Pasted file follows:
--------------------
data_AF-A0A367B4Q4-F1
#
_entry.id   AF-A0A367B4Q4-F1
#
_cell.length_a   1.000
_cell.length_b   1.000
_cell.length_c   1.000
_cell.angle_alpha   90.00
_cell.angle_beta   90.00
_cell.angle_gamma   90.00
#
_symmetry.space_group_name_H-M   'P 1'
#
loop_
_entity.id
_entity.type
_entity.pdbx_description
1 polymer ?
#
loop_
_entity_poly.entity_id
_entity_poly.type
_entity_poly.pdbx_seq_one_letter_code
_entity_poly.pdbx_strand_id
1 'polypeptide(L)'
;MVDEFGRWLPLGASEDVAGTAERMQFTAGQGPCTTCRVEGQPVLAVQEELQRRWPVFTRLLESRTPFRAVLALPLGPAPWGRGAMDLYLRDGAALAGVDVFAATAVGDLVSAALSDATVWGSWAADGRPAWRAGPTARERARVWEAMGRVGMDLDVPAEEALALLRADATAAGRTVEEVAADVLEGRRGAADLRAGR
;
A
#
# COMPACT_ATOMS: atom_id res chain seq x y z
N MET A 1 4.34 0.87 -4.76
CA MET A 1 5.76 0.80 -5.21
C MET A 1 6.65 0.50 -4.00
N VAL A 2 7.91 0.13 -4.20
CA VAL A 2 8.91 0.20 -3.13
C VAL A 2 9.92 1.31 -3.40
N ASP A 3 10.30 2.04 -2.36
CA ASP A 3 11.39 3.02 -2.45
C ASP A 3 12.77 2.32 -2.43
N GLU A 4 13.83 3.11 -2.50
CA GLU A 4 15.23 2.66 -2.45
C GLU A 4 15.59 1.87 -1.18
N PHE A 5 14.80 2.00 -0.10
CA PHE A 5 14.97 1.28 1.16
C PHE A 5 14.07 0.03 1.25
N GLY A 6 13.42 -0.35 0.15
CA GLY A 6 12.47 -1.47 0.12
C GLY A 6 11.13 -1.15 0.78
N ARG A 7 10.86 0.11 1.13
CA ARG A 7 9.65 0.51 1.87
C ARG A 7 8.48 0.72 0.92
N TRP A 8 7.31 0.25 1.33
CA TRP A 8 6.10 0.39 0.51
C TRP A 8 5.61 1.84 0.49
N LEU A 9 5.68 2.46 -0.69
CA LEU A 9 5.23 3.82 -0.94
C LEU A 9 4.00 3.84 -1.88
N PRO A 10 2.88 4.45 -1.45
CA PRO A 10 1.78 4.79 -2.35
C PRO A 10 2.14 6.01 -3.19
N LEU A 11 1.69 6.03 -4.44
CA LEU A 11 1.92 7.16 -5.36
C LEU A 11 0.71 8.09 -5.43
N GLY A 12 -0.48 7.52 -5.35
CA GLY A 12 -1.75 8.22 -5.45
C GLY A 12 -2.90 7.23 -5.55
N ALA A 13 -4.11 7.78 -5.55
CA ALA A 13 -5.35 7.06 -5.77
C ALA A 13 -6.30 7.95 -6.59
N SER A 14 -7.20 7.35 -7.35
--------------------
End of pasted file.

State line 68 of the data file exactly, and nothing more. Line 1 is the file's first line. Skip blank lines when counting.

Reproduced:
CA ALA A 13 -5.35 7.06 -5.77